More Art Upstairs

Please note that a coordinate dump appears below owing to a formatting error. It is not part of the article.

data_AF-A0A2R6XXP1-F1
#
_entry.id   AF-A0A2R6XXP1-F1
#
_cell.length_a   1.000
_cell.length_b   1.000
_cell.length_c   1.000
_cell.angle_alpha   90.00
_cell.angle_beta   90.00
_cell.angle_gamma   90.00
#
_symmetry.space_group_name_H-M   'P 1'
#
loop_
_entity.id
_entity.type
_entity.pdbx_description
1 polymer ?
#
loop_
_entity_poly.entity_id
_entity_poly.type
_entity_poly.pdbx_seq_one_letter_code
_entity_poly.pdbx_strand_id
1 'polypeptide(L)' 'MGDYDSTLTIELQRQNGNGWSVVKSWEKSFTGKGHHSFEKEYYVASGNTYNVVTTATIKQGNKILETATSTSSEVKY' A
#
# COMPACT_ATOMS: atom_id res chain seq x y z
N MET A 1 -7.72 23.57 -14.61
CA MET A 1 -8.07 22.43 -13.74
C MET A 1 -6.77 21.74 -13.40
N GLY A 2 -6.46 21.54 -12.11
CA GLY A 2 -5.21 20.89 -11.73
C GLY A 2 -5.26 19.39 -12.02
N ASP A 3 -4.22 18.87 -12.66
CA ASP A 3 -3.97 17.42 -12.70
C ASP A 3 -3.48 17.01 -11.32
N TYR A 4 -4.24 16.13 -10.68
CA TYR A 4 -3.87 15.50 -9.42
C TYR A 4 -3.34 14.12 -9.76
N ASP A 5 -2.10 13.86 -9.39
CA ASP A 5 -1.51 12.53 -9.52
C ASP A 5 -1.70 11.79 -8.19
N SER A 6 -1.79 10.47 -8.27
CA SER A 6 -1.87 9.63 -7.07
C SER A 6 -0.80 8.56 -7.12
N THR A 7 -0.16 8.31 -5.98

For three weeks in September, beer-fueled debates in the bars of one Michigan town aren't about sports and politics but art. Hundreds of thousands of people come to Grand Rapids to engage with blue-chip artists in ways that rarely happen at Art Basel or other established art events, unless you're a major collector or critic. More Art Upstairs follows four accomplished artists as they compete at ArtPrize, a populist experiment that inverts the equation of who gets to decide what art has value by letting the general public vote, via their phones, on which works will win much of the $500,000 in prize money - the largest award in the art world. What attracts these artists is the chance to win this public vote, but also to gain exposure to some of the country's top art critics, who dash into town to award the other half of the prize money. Local bistros, bars and abandoned buildings showcase the work and our artists are compelled to be outgoing. They stand next to their art, talking to people who are often experiencing contemporary art for the first time. They embrace the ethos of the competition but grow weary of having to repeatedly explain their approach and worry about going home empty-handed. Will this unmediated experience - no convoluted "art speak" explanations and no velvet ropes cordoning off the art - change how everyday folks think about art? Will it reshape how our characters make and exhibit their work? Will this populist experiment have any impact on larger conversations about high and low culture? More Art Upstairs melds humor, extraordinary behind the scenes access and a nail-biting competition to explore each of these questions.